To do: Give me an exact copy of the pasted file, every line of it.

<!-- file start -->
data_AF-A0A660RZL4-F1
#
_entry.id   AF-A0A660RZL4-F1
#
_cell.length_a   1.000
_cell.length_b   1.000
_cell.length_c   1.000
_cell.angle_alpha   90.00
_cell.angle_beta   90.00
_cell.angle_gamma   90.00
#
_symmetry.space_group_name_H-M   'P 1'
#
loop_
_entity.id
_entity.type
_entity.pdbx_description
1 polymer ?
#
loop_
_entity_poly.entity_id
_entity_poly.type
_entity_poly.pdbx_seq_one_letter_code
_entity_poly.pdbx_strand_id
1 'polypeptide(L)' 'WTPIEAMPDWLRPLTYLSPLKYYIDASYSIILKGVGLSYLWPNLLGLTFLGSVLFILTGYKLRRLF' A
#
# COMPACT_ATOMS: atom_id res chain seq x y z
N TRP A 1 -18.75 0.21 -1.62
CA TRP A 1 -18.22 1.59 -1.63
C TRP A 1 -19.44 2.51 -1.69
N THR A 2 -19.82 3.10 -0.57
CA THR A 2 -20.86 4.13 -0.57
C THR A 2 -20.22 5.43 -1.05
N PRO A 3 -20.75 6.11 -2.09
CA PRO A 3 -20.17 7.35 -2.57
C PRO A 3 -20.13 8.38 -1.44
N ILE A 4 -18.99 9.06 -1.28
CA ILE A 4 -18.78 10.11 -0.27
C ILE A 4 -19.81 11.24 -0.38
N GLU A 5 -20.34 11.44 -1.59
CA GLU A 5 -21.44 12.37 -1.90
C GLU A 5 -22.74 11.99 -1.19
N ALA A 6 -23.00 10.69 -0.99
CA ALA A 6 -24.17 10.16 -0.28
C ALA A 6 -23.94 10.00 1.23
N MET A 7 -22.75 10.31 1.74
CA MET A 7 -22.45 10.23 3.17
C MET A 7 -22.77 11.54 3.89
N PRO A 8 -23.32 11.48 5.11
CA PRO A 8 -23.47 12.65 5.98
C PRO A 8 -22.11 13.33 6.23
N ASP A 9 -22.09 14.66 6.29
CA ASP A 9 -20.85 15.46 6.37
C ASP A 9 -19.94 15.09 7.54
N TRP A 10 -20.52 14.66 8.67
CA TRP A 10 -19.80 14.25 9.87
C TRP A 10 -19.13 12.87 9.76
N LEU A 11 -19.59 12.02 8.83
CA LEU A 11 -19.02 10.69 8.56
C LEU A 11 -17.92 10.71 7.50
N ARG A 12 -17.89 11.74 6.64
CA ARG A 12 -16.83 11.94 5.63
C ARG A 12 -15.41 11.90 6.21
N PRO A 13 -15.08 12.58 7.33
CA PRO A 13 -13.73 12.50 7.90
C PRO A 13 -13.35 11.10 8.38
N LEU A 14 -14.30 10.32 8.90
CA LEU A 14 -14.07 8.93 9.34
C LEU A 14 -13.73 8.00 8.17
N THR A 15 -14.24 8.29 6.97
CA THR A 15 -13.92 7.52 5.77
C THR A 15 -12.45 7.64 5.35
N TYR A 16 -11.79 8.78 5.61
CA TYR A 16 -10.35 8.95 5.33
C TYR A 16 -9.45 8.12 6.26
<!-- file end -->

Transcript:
data_AF-A0A660RZL4-F1
#
_entry.id   AF-A0A660RZL4-F1
#
_cell.length_a   1.000
_cell.length_b   1.000
_cell.length_c   1.000
_cell.angle_alpha   90.00
_cell.angle_beta   90.00
_cell.angle_gamma   90.00
#
_symmetry.space_group_name_H-M   'P 1'
#
loop_
_entity.id
_entity.type
_entity.pdbx_description
1 polymer ?
#
loop_
_entity_poly.entity_id
_entity_poly.type
_entity_poly.pdbx_seq_one_letter_code
_entity_poly.pdbx_strand_id
1 'polypeptide(L)' 'WTPIEAMPDWLRPLTYLSPLKYYIDASYSIILKGVGLSYLWPNLLGLTFLGSVLFILTGYKLRRLF' A
#
# COMPACT_ATOMS: atom_id res chain seq x y z
N TRP A 1 -18.75 0.21 -1.62
CA TRP A 1 -18.22 1.59 -1.63
C TRP A 1 -19.44 2.51 -1.69
N THR A 2 -19.82 3.10 -0.57
CA THR A 2 -20.86 4.13 -0.57
C THR A 2 -20.22 5.43 -1.05
N PRO A 3 -20.75 6.11 -2.09
CA PRO A 3 -20.17 7.35 -2.57
C PRO A 3 -20.13 8.38 -1.44
N ILE A 4 -18.99 9.06 -1.28
CA ILE A 4 -18.78 10.11 -0.27
C ILE A 4 -19.81 11.24 -0.38
N GLU A 5 -20.34 11.44 -1.59
CA GLU A 5 -21.44 12.37 -1.90
C GLU A 5 -22.74 11.99 -1.19
N ALA A 6 -23.00 10.69 -0.99
CA ALA A 6 -24.17 10.16 -0.28
C ALA A 6 -23.94 10.00 1.23
N MET A 7 -22.75 10.31 1.74
CA MET A 7 -22.45 10.23 3.17
C MET A 7 -22.77 11.54 3.89
N PRO A 8 -23.32 11.48 5.11
CA PRO A 8 -23.47 12.65 5.98
C PRO A 8 -22.11 13.33 6.23
N ASP A 9 -22.09 14.66 6.29
CA ASP A 9 -20.85 15.46 6.37
C ASP A 9 -19.94 15.09 7.54
N TRP A 10 -20.52 14.66 8.67
CA TRP A 10 -19.80 14.25 9.87
C TRP A 10 -19.13 12.87 9.76
N LEU A 11 -19.59 12.02 8.83
CA LEU A 11 -19.02 10.69 8.56
C LEU A 11 -17.92 10.71 7.50
N ARG A 12 -17.89 11.74 6.64
CA ARG A 12 -16.83 11.94 5.63
C ARG A 12 -15.41 11.90 6.21
N PRO A 13 -15.08 12.58 7.33
CA PRO A 13 -13.73 12.50 7.90
C PRO A 13 -13.35 11.10 8.38
N LEU A 14 -14.30 10.32 8.90
CA LEU A 14 -14.07 8.93 9.34
C LEU A 14 -13.73 8.00 8.17
N THR A 15 -14.24 8.29 6.97
CA THR A 15 -13.92 7.52 5.77
C THR A 15 -12.45 7.64 5.35
N TYR A 16 -11.79 8.78 5.61
CA TYR A 16 -10.35 8.95 5.33
C TYR A 16 -9.45 8.12 6.26